Paul Collingwood, the assistant coach, has said the Azeem Rafiq affair has been discussed by the England players and insisted that the national team’s dressing room is an open environment free of intimidation and discrimination.
“Of course, when something as big as this is in the news you have a chat about it,” he said. “But over the last few years we’ve done a lot of work in our dressing room to make it a place that everyone wants to be. We’ve worked hard to encourage respect and unity in the dressing room and that’s a motto that we live by.
“Dressing rooms are special places, you spend a lot of time with each other and you go through some amazing times and you go through lots of hardships.
“I know this group of players, and it’s very important to them that it’s an environment where people feel safe, that people enjoy most of all, and where people are relaxed. We’ve got a very diverse group of players and I know everybody feels welcome in that dressing room.” Collingwood admits this is a process of constant education and improvement.
One moment of perceived cultural insensitivity came when England won the 2019 50-over World Cup and after the trophy presentation Moeen Ali and Adil Rashid, the squad’s two Muslims, had to hastily retreat before their teammates started spraying champagne. Even if this tournament ends as England hope, with victory in the final a week on Sunday, a repeat of those scenes is unlikely in the largely alcohol-free United Arab Emirates.
“It’s an education for all of us,” Collingwood said. “We keep trying to improve ourselves and our environments, I think it’s important and hopefully we can create a culture that people look at and are very proud of, and that filters down to whatever level. It’s an education forever – keep trying to learn, understand and get better.”
England go into their last game of the Super 12s, against South Africa on Saturday, in effect needing only to avoid humiliation to secure a place in the semi-finals. They will do so without the injured Tymal Mills, who despite playing only these four World Cup matches for England since 2018 was described as “a huge loss” by Collingwood. Mark Wood, who has not yet played in the tournament as he recovers from an ankle injury, is now bowling off a full run-up in training and may face the Proteas on a pitch that should suit him.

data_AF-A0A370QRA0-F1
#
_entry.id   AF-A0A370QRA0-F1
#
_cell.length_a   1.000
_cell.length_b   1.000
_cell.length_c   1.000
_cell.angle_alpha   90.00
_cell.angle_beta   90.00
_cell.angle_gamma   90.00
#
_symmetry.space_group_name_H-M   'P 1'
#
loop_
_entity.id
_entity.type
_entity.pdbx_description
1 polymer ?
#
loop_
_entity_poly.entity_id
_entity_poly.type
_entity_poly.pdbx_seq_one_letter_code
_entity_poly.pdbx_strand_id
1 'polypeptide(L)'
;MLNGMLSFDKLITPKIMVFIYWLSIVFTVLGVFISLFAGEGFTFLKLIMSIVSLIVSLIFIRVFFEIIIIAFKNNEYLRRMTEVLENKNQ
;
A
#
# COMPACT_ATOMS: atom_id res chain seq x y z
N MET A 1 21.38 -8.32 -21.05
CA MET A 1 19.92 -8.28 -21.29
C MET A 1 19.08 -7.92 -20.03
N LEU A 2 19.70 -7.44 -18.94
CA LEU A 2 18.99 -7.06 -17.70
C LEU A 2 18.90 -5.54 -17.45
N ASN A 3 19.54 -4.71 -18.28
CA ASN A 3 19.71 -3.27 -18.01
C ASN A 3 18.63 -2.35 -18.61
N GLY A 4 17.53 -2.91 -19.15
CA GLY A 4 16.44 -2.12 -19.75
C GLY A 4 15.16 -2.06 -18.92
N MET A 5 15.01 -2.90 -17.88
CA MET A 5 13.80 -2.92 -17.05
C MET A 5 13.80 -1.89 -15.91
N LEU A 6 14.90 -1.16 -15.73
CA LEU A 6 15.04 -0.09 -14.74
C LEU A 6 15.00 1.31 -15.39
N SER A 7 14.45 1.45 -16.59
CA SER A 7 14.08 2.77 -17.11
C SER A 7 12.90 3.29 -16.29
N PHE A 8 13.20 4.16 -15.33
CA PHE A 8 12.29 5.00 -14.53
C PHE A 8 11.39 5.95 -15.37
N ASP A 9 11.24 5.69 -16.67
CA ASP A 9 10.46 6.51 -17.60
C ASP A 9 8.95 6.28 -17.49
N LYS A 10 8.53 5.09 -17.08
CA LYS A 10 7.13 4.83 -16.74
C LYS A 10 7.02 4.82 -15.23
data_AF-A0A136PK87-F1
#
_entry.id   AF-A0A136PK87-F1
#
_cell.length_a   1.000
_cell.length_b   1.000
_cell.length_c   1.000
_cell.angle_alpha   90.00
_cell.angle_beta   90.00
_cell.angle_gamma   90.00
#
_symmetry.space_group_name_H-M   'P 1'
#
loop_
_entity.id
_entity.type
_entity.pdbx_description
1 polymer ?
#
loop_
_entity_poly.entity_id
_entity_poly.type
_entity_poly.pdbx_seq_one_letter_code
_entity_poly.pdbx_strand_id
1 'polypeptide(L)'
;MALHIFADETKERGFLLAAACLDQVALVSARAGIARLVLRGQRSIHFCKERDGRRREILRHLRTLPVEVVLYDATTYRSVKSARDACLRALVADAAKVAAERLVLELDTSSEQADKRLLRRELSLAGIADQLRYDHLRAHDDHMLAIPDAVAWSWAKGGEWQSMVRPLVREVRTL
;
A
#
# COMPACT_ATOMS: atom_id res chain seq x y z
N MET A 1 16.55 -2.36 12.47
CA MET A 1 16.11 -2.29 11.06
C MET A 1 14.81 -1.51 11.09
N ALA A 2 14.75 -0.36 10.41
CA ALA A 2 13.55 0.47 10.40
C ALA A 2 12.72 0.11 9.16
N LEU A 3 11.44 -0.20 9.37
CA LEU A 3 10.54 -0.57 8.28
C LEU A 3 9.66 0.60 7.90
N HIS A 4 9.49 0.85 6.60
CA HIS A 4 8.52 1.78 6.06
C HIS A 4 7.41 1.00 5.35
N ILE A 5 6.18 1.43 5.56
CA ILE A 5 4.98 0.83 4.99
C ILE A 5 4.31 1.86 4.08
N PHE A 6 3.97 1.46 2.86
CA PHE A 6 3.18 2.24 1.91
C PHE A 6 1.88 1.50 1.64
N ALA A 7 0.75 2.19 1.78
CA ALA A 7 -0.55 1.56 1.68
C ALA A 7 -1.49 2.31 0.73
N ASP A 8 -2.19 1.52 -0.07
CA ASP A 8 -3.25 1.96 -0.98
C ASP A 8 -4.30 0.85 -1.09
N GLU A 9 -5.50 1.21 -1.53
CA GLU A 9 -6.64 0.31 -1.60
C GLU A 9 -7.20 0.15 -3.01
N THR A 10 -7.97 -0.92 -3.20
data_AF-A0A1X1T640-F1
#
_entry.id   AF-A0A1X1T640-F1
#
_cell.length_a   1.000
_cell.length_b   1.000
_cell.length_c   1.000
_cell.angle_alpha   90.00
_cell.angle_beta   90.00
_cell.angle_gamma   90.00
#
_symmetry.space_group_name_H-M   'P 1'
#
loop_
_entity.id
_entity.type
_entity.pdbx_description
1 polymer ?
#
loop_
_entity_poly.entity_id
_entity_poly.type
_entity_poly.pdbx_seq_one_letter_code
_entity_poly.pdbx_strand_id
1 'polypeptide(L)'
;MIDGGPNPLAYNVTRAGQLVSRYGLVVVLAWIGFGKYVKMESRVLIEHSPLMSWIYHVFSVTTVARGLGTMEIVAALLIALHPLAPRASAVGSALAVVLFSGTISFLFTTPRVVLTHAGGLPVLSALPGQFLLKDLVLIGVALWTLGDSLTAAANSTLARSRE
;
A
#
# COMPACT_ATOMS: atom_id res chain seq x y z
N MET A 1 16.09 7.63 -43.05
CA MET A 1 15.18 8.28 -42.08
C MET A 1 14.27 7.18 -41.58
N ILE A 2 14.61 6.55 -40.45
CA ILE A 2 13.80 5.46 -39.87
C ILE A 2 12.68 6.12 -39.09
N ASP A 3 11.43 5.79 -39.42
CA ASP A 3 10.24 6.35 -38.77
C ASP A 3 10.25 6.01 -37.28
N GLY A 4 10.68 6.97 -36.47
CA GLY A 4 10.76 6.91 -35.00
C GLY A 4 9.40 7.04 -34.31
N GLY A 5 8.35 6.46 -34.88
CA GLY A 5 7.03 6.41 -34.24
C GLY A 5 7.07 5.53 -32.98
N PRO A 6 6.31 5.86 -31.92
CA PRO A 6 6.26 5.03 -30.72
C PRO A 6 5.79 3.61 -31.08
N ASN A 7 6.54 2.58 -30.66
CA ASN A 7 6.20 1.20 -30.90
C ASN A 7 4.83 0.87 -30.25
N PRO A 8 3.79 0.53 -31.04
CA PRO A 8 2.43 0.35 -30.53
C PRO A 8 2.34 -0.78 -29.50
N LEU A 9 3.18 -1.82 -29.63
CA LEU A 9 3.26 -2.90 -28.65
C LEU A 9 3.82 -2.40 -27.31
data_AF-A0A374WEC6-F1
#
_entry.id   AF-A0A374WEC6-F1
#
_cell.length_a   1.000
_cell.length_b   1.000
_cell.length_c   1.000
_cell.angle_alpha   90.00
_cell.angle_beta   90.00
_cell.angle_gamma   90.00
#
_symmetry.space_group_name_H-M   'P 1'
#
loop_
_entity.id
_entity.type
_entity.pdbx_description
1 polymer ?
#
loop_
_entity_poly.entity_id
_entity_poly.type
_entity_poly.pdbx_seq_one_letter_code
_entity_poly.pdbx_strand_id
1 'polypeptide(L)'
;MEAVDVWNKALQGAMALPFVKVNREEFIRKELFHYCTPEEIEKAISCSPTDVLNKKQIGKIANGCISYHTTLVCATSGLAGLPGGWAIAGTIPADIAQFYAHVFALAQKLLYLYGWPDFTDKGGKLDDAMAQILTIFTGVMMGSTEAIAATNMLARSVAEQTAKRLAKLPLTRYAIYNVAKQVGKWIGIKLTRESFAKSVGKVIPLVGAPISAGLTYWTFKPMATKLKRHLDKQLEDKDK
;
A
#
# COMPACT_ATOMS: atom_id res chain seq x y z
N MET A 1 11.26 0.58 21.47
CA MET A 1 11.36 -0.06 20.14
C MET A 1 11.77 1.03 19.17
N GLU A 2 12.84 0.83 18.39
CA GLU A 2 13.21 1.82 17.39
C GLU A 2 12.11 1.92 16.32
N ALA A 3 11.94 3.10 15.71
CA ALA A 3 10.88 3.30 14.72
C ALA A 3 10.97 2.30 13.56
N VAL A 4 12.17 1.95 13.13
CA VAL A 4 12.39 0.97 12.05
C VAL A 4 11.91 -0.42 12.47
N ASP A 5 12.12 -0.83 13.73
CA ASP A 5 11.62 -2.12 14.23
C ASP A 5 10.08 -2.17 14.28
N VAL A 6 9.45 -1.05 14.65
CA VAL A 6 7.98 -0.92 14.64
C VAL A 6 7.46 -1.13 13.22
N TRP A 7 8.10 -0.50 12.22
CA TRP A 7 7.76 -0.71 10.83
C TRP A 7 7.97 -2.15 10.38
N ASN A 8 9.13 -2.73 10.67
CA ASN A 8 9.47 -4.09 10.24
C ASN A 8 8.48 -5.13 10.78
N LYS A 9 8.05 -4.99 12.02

“What seems to be difficult to play in Sharjah are the real fast, skiddy bowlers that bash the wicket from about eight metres and try to hit the top of the stumps and get a bit of variable bounce,” Collingwood said. “If Woody was 100% fit then he’s the type of bowler you would look at for that surface.”
After the World Cup Collingwood and the multi-format players will join the Ashes squad in Australia, though he hopes he will be able to enjoy more freedom on that leg of the tour than the current one. “I’m not great with bubble life, I don’t really enjoy it that much,” he said.
“I’m not sure how much more of it world cricket can take – not just the England team, I’m saying world cricket here. A lot of players and management are close to capacity in terms of how much they can take with this. Hopefully in the future we find ways that we’re not so restricted. It can be tough, but we’re here to help each other out when you have some dark days.”